His hand tightened over hers, and she caught ; her breath sharply. "You poor little soul! "he said, as if divining her dread. "But it probably will be lots better than you expect. Anyhow, you will have good natives to do all the work, and not dirty Mashonas. I believe most households up there have about twelve servants, and they are all good."

She smiled bravely as she answered: "That is nice."

Toby felt, rather than saw, the underlying sadness of her smile, and his kind heart was touched. He half turned and looked into her eyes. "I'm afraid you hate the thought of it like Hades; but what a brave little creature you are to go! I think it is splendid of you; others would, too. Doesn't it help a little to know that?"

"I go because I must. Is that any great thing to do?"

"Yes, I think it is. You might have found a way to stay--somewhere else."

"I do not think I want to stay anywhere else." | | 267 Her voice was trembling a shade, and she turned her head away from him.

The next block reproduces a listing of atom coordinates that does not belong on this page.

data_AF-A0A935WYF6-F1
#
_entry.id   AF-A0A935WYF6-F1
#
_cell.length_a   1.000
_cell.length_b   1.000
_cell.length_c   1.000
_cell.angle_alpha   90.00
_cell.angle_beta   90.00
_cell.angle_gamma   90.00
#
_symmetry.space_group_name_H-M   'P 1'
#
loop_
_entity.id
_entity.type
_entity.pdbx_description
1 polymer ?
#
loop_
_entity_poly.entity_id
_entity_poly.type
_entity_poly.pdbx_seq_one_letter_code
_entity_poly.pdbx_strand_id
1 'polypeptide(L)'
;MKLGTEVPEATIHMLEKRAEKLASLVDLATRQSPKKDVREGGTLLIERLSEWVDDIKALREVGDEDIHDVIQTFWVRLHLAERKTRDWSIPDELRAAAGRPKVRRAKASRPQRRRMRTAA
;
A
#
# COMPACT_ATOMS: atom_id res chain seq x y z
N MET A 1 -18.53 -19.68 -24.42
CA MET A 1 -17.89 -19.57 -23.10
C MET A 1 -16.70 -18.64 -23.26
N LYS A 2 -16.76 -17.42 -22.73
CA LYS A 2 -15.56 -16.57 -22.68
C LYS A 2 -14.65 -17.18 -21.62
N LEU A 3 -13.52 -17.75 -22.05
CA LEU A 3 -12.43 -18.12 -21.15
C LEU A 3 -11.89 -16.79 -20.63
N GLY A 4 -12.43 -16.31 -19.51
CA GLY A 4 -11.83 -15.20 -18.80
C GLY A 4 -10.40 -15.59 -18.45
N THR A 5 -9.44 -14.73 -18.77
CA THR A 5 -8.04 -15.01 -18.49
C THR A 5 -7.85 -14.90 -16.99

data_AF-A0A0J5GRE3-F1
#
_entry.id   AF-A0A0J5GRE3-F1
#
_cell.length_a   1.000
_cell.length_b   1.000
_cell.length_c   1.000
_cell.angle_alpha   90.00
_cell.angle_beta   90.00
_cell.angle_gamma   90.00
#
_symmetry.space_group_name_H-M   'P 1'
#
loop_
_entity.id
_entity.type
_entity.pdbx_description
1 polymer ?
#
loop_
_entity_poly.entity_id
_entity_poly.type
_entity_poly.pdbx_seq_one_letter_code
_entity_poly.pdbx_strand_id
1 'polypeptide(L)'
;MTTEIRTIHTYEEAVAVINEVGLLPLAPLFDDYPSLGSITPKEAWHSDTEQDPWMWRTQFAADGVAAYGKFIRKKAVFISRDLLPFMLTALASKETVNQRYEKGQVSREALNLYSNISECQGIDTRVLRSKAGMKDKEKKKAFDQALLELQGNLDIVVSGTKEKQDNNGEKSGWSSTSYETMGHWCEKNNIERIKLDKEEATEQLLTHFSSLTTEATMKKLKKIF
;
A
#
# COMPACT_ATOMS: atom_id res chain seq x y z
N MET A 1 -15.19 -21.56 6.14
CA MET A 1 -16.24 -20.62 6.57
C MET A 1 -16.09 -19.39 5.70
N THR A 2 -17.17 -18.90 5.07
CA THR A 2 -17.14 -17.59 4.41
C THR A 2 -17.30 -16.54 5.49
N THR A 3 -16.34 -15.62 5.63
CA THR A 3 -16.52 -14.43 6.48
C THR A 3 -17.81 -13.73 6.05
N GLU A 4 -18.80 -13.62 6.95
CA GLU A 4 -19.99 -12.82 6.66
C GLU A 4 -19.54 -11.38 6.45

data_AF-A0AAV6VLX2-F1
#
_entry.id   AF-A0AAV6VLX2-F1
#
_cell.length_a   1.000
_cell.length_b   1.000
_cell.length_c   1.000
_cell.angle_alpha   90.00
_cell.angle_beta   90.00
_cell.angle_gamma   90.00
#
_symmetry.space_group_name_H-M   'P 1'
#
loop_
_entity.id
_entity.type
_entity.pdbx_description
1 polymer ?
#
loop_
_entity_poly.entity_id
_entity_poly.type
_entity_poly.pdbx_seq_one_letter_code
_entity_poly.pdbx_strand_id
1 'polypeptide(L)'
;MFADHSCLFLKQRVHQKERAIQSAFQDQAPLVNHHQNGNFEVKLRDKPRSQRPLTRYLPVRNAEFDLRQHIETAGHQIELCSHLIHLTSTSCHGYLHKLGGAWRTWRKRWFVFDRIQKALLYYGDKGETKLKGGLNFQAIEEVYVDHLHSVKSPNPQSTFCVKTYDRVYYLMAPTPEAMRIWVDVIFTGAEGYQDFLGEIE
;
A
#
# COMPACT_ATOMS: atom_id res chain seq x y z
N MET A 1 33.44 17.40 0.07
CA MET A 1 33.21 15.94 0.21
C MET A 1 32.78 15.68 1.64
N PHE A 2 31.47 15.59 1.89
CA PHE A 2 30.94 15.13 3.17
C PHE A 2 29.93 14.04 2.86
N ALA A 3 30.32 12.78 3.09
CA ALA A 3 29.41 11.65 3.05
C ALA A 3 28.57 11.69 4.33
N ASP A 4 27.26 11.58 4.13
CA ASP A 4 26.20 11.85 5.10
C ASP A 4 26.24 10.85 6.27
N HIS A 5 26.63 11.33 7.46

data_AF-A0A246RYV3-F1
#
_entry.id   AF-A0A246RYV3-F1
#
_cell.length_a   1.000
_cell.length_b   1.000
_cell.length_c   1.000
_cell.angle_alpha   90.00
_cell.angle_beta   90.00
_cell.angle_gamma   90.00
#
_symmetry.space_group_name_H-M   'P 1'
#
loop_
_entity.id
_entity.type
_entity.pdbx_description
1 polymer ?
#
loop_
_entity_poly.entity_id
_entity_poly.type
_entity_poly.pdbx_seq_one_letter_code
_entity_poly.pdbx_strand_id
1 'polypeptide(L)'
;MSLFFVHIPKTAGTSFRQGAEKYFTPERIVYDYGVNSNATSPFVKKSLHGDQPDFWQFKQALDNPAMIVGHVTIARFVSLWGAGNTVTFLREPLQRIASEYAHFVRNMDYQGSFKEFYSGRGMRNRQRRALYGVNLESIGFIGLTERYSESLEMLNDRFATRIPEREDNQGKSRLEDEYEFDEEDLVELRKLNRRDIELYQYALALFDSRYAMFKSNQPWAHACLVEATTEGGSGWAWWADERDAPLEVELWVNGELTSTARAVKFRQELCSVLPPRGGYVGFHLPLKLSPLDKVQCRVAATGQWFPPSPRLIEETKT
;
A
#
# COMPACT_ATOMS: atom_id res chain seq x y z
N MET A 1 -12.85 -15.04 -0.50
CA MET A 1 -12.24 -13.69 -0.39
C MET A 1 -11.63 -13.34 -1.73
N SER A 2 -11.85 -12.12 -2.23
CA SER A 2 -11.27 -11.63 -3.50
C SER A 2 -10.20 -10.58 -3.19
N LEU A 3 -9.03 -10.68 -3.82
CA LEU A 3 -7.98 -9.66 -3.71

"Not even in Bombay, with me?"--rallying her lightly.

To his surprise, her eyes filled suddenly with tears.

"Now I've made you cry again!"--in quick self-condemnation. "What a fool I am! Don't be vexed with me, dear."

His hand strayed caressingly up her arm. Just across the stretch of sea the coast-line showed faintly in the dim light of the stars. Just behind the coast-line, only a day's journey, was Rhodesia. He could not look at it nor think of it. His very pain made him merciless, reckless, cruel. She was so dainty, so soft, so alluring, and she did not love her husband.